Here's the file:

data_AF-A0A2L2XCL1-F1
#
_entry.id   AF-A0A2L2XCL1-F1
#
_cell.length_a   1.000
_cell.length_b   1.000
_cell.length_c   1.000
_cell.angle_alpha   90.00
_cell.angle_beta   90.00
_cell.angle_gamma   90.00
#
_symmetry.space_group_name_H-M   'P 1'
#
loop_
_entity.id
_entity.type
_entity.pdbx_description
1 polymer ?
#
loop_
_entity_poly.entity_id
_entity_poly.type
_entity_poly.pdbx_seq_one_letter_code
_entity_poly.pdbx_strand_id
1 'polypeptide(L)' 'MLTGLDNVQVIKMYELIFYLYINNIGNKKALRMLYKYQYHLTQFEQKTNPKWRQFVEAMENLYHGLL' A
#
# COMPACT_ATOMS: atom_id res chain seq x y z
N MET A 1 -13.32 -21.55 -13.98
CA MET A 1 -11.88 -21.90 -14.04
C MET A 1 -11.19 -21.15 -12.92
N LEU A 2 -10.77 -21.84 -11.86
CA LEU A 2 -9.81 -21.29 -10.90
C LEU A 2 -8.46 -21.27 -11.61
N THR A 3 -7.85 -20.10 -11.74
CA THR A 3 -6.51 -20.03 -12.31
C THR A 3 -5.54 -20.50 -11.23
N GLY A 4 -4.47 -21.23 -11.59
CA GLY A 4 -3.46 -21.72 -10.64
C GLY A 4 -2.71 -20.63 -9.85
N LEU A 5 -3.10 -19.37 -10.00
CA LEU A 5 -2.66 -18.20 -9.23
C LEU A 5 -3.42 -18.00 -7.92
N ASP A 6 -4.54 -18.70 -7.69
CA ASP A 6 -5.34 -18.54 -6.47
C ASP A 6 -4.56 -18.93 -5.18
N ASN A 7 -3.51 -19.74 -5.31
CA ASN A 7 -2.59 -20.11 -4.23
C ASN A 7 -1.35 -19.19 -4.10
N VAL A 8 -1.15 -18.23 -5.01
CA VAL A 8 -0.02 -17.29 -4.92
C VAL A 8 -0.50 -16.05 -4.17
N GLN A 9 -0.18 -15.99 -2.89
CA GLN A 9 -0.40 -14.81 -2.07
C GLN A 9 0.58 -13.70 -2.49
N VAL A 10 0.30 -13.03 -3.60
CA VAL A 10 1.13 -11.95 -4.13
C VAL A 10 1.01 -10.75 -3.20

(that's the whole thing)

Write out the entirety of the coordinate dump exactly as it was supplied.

data_AF-A0A2L2XCL1-F1
#
_entry.id   AF-A0A2L2XCL1-F1
#
_cell.length_a   1.000
_cell.length_b   1.000
_cell.length_c   1.000
_cell.angle_alpha   90.00
_cell.angle_beta   90.00
_cell.angle_gamma   90.00
#
_symmetry.space_group_name_H-M   'P 1'
#
loop_
_entity.id
_entity.type
_entity.pdbx_description
1 polymer ?
#
loop_
_entity_poly.entity_id
_entity_poly.type
_entity_poly.pdbx_seq_one_letter_code
_entity_poly.pdbx_strand_id
1 'polypeptide(L)' 'MLTGLDNVQVIKMYELIFYLYINNIGNKKALRMLYKYQYHLTQFEQKTNPKWRQFVEAMENLYHGLL' A
#
# COMPACT_ATOMS: atom_id res chain seq x y z
N MET A 1 -13.32 -21.55 -13.98
CA MET A 1 -11.88 -21.90 -14.04
C MET A 1 -11.19 -21.15 -12.92
N LEU A 2 -10.77 -21.84 -11.86
CA LEU A 2 -9.81 -21.29 -10.90
C LEU A 2 -8.46 -21.27 -11.61
N THR A 3 -7.85 -20.10 -11.74
CA THR A 3 -6.51 -20.03 -12.31
C THR A 3 -5.54 -20.50 -11.23
N GLY A 4 -4.47 -21.23 -11.59
CA GLY A 4 -3.46 -21.72 -10.64
C GLY A 4 -2.71 -20.63 -9.85
N LEU A 5 -3.10 -19.37 -10.00
CA LEU A 5 -2.66 -18.20 -9.23
C LEU A 5 -3.42 -18.00 -7.92
N ASP A 6 -4.54 -18.70 -7.69
CA ASP A 6 -5.34 -18.54 -6.47
C ASP A 6 -4.56 -18.93 -5.18
N ASN A 7 -3.51 -19.74 -5.31
CA ASN A 7 -2.59 -20.11 -4.23
C ASN A 7 -1.35 -19.19 -4.10
N VAL A 8 -1.15 -18.23 -5.01
CA VAL A 8 -0.02 -17.29 -4.92
C VAL A 8 -0.50 -16.05 -4.17
N GLN A 9 -0.18 -15.99 -2.89
CA GLN A 9 -0.40 -14.81 -2.07
C GLN A 9 0.58 -13.70 -2.49
N VAL A 10 0.30 -13.03 -3.60
CA VAL A 10 1.13 -11.95 -4.13
C VAL A 10 1.01 -10.75 -3.20